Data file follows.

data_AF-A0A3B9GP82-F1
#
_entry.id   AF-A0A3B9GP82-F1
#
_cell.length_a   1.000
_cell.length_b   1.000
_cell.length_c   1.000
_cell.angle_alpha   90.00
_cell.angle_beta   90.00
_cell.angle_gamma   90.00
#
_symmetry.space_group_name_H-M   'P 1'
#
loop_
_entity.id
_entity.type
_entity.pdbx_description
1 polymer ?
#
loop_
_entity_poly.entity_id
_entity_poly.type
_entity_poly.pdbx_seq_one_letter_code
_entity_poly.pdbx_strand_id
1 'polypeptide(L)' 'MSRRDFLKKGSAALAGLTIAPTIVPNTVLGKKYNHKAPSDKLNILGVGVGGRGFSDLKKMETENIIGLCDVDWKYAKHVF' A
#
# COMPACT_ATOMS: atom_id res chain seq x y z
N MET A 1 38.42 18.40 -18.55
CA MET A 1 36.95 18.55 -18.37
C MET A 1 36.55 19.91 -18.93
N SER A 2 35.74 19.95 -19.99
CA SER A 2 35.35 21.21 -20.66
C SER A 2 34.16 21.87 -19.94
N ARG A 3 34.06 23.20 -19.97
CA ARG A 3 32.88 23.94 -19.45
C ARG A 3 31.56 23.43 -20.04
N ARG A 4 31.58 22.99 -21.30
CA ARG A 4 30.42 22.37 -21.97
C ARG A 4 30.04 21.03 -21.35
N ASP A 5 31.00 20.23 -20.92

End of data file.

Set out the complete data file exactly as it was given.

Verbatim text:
data_AF-A0A3B9GP82-F1
#
_entry.id   AF-A0A3B9GP82-F1
#
_cell.length_a   1.000
_cell.length_b   1.000
_cell.length_c   1.000
_cell.angle_alpha   90.00
_cell.angle_beta   90.00
_cell.angle_gamma   90.00
#
_symmetry.space_group_name_H-M   'P 1'
#
loop_
_entity.id
_entity.type
_entity.pdbx_description
1 polymer ?
#
loop_
_entity_poly.entity_id
_entity_poly.type
_entity_poly.pdbx_seq_one_letter_code
_entity_poly.pdbx_strand_id
1 'polypeptide(L)' 'MSRRDFLKKGSAALAGLTIAPTIVPNTVLGKKYNHKAPSDKLNILGVGVGGRGFSDLKKMETENIIGLCDVDWKYAKHVF' A
#
# COMPACT_ATOMS: atom_id res chain seq x y z
N MET A 1 38.42 18.40 -18.55
CA MET A 1 36.95 18.55 -18.37
C MET A 1 36.55 19.91 -18.93
N SER A 2 35.74 19.95 -19.99
CA SER A 2 35.35 21.21 -20.66
C SER A 2 34.16 21.87 -19.94
N ARG A 3 34.06 23.20 -19.97
CA ARG A 3 32.88 23.94 -19.45
C ARG A 3 31.56 23.43 -20.04
N ARG A 4 31.58 22.99 -21.30
CA ARG A 4 30.42 22.37 -21.97
C ARG A 4 30.04 21.03 -21.35
N ASP A 5 31.00 20.23 -20.92